My wife and I recently purchased our first travel trailer and learned a lot in the process. There is a lot more to purchasing a camper than just looking at your vehicle’s towing capacity and finding a camper that you like. Doing some homework on your tow vehicle and needs is a wise first step, but you also need to find a camper that functionally meets your needs.
Camping is a lifestyle.
Whether it’s dirt camping in tents or RV camping, it is a way of life for many. For my wife Christina’s family, RVing has been something they’ve done for generations. Christina has many fond memories of time spent camping with her family, all the way back to her great-grandparents and her grandparents as a young girl. When her parents inherited her papa’s Airex motor home in the late ’90s, when our daughters were born, a fifth generation began to participate in those family traditions.
They would go to McCloud, Calif., in the RV and set up camp for two weeks. The whole experience would be around the motor home, but Christina and the GirlzO’S (our nickname for our three O’Sullivan daughters) would set up a tent and absolutely love it.
My family… not so much.
We have one camping story that includes my dad purchasing a VW conversion van and a “two-man” tent. (How anyone would have actually considered that sleeping quarters for two grown men, I will never know.) Suffice it to say, it didn’t work for two boys, 13 and 10, and when it collapsed in the middle of the night, my brother went into the camper, and I slept through it; we went home the next day.
I never really warmed to the Gregory family camping experience. Mostly because it meant I was sleeping on hard ground in a tent at the foothills of Mount Shasta (read COLD), and I had to take spit baths like the girls did. I usually stayed a weekend, and that was about it.
The one time I enjoyed the McCloud experience was the one time I borrowed a camp trailer from a friend of ours. I got to sleep in a bed, in a camper that had a heater, a bathroom, a refrigerator and a shower. Even though I got strep throat on the first day of the trip, after hitting the local clinic, I was better in a couple of days and enjoyed the outing.
Christina and I work in the fishing media business. For the past 20-plus years, writing, photography and professional fishing have been part, or all, of our living. At some point, we posited that once the GirlzO’S graduated from high school and became self-sufficient, we would follow the Elite Series and tours in support of the anglers while building content for our own website.
The girls are now 19, 20 and 22 and are at a spot where they can largely handle themselves, so we decided it was time to look into it. I envisioned that being in hotels or vacation rentals through one of those community rentals websites. When we started looking into the year, we realized that if we spent just short of six weeks on the road renting vacation houses, we would have spent the equivalent of what it would cost to make a payment and pay the insurance on a camper.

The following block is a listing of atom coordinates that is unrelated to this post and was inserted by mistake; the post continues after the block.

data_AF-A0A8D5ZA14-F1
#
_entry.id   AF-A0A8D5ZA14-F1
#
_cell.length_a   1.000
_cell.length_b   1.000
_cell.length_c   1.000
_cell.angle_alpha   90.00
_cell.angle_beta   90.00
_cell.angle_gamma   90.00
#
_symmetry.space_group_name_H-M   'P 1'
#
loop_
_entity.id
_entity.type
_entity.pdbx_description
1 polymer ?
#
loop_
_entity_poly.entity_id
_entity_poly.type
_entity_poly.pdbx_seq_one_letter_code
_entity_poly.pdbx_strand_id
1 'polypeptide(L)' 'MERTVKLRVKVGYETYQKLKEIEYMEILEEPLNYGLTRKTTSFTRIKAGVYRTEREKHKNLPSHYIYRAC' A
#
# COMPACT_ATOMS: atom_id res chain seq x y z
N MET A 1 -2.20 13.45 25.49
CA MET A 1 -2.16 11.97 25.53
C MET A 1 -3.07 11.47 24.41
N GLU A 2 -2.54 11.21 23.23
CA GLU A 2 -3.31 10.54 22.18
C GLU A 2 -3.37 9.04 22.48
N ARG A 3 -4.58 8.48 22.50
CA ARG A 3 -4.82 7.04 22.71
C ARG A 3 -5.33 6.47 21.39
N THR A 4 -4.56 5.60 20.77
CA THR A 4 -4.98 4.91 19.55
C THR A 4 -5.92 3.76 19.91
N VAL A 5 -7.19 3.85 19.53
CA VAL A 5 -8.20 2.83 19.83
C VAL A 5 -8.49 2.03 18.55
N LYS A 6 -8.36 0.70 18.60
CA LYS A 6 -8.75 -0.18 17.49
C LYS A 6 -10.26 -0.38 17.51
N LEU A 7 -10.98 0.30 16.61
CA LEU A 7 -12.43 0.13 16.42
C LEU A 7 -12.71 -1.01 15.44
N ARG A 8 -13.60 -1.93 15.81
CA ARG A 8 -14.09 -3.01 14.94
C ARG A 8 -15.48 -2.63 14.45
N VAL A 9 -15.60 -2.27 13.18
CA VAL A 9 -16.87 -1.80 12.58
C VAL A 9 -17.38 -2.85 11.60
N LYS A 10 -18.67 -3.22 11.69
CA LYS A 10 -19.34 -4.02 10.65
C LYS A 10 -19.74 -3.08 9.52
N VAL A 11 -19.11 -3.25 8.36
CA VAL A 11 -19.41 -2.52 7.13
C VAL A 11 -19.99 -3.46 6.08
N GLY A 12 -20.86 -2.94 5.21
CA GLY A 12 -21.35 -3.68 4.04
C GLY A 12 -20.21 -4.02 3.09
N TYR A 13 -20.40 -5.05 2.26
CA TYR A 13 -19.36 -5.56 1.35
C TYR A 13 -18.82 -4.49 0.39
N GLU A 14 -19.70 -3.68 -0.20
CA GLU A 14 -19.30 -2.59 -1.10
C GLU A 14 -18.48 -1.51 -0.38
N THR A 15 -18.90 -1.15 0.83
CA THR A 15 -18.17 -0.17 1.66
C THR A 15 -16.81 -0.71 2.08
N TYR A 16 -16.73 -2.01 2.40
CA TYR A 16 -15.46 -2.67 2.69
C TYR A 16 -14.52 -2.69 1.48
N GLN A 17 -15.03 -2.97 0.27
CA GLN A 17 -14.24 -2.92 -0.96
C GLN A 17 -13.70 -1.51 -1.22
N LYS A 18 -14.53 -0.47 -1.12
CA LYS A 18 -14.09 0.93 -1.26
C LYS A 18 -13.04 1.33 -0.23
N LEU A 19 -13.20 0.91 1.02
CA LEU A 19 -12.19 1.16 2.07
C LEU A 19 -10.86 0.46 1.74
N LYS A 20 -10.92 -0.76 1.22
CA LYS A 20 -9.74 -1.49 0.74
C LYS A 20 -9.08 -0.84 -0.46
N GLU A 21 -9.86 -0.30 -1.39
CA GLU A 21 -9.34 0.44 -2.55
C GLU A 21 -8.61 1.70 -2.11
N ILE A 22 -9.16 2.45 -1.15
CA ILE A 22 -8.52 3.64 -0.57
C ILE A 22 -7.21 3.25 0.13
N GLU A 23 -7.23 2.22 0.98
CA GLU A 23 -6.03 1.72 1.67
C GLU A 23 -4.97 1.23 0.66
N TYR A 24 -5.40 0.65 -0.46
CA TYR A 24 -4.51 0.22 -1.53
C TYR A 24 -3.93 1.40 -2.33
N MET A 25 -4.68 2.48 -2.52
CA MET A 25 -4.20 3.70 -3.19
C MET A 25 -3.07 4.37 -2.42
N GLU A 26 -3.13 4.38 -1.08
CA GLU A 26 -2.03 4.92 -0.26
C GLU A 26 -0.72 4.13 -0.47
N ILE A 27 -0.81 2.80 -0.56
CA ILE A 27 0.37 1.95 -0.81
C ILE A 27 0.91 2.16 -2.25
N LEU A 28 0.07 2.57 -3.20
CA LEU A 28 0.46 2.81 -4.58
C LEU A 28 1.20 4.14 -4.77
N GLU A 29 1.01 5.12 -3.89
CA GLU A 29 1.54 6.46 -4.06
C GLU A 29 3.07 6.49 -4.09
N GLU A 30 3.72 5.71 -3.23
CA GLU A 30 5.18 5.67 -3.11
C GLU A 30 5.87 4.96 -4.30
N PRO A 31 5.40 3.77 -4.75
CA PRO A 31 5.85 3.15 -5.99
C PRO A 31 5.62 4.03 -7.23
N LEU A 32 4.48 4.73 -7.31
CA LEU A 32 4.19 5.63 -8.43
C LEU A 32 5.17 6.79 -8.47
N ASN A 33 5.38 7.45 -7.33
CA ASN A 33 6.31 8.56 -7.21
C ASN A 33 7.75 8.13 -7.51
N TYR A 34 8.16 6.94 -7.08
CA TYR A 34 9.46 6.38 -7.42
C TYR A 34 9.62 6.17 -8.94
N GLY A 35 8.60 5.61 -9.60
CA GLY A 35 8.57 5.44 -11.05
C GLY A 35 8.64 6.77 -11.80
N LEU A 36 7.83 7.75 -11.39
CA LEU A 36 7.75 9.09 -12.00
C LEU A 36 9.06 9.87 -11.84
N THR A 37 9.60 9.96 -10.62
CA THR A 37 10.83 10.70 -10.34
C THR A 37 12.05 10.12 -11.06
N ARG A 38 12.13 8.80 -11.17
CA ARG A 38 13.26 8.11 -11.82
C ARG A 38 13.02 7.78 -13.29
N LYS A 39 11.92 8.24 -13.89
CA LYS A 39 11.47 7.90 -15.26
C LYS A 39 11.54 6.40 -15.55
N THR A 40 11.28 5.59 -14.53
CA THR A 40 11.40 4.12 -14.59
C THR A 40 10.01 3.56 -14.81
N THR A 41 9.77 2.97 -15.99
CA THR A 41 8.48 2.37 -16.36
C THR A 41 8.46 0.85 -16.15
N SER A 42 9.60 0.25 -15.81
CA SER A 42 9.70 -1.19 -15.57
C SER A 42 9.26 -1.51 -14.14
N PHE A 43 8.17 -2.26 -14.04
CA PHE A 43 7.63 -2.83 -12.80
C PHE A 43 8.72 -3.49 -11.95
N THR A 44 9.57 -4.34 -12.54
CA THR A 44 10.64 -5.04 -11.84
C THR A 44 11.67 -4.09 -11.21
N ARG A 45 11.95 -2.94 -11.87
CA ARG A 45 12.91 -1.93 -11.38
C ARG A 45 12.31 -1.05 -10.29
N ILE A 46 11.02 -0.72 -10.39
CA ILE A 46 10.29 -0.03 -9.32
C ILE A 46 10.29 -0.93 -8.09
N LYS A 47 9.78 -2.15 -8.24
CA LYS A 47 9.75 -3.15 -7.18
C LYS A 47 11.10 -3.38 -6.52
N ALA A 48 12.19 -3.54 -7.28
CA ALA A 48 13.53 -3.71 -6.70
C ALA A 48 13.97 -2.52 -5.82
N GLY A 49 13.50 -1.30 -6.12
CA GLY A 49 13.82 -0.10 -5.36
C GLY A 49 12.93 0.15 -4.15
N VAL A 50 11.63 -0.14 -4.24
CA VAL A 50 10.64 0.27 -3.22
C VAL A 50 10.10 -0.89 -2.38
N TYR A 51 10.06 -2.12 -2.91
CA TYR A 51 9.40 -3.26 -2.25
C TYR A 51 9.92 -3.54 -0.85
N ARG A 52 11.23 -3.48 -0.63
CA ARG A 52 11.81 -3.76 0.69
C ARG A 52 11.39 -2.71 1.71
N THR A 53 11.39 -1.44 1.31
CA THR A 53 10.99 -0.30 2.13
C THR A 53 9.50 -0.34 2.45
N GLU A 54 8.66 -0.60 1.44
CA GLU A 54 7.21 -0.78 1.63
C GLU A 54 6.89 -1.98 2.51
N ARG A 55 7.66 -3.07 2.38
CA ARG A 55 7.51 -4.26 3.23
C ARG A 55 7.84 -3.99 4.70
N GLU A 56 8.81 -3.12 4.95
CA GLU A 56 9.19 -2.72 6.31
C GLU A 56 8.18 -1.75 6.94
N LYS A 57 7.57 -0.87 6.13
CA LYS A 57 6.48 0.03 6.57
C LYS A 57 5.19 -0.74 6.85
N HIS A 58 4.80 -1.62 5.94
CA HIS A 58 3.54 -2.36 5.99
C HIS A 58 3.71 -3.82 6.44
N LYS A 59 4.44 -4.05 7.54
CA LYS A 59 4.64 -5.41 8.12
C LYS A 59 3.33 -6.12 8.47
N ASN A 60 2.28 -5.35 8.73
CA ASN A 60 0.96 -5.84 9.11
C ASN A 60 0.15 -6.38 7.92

So, in July of this year, we started shopping – man, was it confusing. There are so many different options, so many numbers and brands and types, and it was all so confusing.
The search begins
Because I have an SUV that I tow my boat with, we knew we were going to be looking at a travel trailer. So, we looked online and browsed the options; that was little help. We decided that going to a couple of dealers might help and give us a sense for what was out there. We live in Southside, Ala., near Gadsden, so we went to Campers Unlimited and then drove to Anniston, Ala., and looked at Gander RV, and it did little to give us an idea of what we needed.
In fact, before we understood what we really needed, the salespeople really could have steered us in a wrong direction. One of the first questions any of them asked us was, “What do you tow with?” When we told them our vehicle was a 2010 Expedition EL, their response was, “Oh, yeah, you’ll be fine.” Had we based our purchase decision on those first informational forays, we may have gotten something that would have been too heavy for our tow vehicle’s overall capabilities.
I did some internet research on my SUV and looked at my owner’s manual and discovered that with the tow package that was installed on my vehicle, it has a maximum tow capacity of 9,200 pounds. At first, I figured if the trailer weighed less than that, I would be fine, but that’s not the case. I talked to my father-in-law Dennis and Christina’s uncle Kenneth, who told me there were a lot more factors to consider.
To figure out the camper I needed, I had to figure out the curb weight of my truck, the tow capacity, the tongue weight, the overall weight of the camper I would be towing and the payload that would be in the truck. That payload had to include the passengers of the vehicle (including pets) and any other things we may carry in the camper and the truck. Some of that information was available on the sticker in the driver’s doorjamb of my truck and some came from specifications lists on the internet.
Christina’s uncle Kenneth’s first camper was a travel trailer, and while doing his research, a friend gave him a calculator spreadsheet that helped him narrow down the camper size he needed. He gave us that workbook, complete with formulas for calculating, and that helped us narrow down the type of camper we could shop for.